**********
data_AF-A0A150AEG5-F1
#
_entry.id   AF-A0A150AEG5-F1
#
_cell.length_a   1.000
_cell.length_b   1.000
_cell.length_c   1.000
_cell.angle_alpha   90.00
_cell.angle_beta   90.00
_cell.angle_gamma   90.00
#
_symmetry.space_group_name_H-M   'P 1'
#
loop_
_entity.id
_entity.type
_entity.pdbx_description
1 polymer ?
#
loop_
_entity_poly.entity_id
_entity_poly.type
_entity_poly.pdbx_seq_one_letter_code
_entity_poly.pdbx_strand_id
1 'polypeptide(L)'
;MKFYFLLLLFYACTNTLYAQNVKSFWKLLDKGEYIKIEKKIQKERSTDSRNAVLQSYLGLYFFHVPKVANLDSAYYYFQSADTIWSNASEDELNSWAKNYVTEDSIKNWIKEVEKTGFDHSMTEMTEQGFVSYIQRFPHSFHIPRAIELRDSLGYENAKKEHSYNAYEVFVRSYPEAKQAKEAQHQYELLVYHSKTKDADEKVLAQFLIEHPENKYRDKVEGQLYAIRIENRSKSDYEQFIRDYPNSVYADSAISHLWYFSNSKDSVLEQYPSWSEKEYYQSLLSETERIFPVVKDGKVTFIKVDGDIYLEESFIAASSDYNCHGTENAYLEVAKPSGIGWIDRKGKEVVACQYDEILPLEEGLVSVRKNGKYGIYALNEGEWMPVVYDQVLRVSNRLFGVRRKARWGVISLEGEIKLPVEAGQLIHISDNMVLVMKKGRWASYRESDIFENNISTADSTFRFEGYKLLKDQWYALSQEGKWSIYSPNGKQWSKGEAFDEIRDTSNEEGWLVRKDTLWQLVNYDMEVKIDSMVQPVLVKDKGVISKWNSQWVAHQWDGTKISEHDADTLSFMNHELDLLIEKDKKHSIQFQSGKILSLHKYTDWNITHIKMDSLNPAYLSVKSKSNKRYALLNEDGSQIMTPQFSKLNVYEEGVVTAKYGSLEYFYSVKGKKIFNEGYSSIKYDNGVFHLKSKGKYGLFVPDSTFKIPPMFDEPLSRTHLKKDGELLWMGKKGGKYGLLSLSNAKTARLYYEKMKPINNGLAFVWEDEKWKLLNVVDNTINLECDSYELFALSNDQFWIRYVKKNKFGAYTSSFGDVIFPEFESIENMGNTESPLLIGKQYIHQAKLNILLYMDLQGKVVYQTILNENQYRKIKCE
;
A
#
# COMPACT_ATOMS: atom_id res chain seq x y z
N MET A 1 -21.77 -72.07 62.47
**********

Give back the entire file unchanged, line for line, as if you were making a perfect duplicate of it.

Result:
data_AF-A0A150AEG5-F1
#
_entry.id   AF-A0A150AEG5-F1
#
_cell.length_a   1.000
_cell.length_b   1.000
_cell.length_c   1.000
_cell.angle_alpha   90.00
_cell.angle_beta   90.00
_cell.angle_gamma   90.00
#
_symmetry.space_group_name_H-M   'P 1'
#
loop_
_entity.id
_entity.type
_entity.pdbx_description
1 polymer ?
#
loop_
_entity_poly.entity_id
_entity_poly.type
_entity_poly.pdbx_seq_one_letter_code
_entity_poly.pdbx_strand_id
1 'polypeptide(L)'
;MKFYFLLLLFYACTNTLYAQNVKSFWKLLDKGEYIKIEKKIQKERSTDSRNAVLQSYLGLYFFHVPKVANLDSAYYYFQSADTIWSNASEDELNSWAKNYVTEDSIKNWIKEVEKTGFDHSMTEMTEQGFVSYIQRFPHSFHIPRAIELRDSLGYENAKKEHSYNAYEVFVRSYPEAKQAKEAQHQYELLVYHSKTKDADEKVLAQFLIEHPENKYRDKVEGQLYAIRIENRSKSDYEQFIRDYPNSVYADSAISHLWYFSNSKDSVLEQYPSWSEKEYYQSLLSETERIFPVVKDGKVTFIKVDGDIYLEESFIAASSDYNCHGTENAYLEVAKPSGIGWIDRKGKEVVACQYDEILPLEEGLVSVRKNGKYGIYALNEGEWMPVVYDQVLRVSNRLFGVRRKARWGVISLEGEIKLPVEAGQLIHISDNMVLVMKKGRWASYRESDIFENNISTADSTFRFEGYKLLKDQWYALSQEGKWSIYSPNGKQWSKGEAFDEIRDTSNEEGWLVRKDTLWQLVNYDMEVKIDSMVQPVLVKDKGVISKWNSQWVAHQWDGTKISEHDADTLSFMNHELDLLIEKDKKHSIQFQSGKILSLHKYTDWNITHIKMDSLNPAYLSVKSKSNKRYALLNEDGSQIMTPQFSKLNVYEEGVVTAKYGSLEYFYSVKGKKIFNEGYSSIKYDNGVFHLKSKGKYGLFVPDSTFKIPPMFDEPLSRTHLKKDGELLWMGKKGGKYGLLSLSNAKTARLYYEKMKPINNGLAFVWEDEKWKLLNVVDNTINLECDSYELFALSNDQFWIRYVKKNKFGAYTSSFGDVIFPEFESIENMGNTESPLLIGKQYIHQAKLNILLYMDLQGKVVYQTILNENQYRKIKCE
;
A
#
# COMPACT_ATOMS: atom_id res chain seq x y z
N MET A 1 -21.77 -72.07 62.47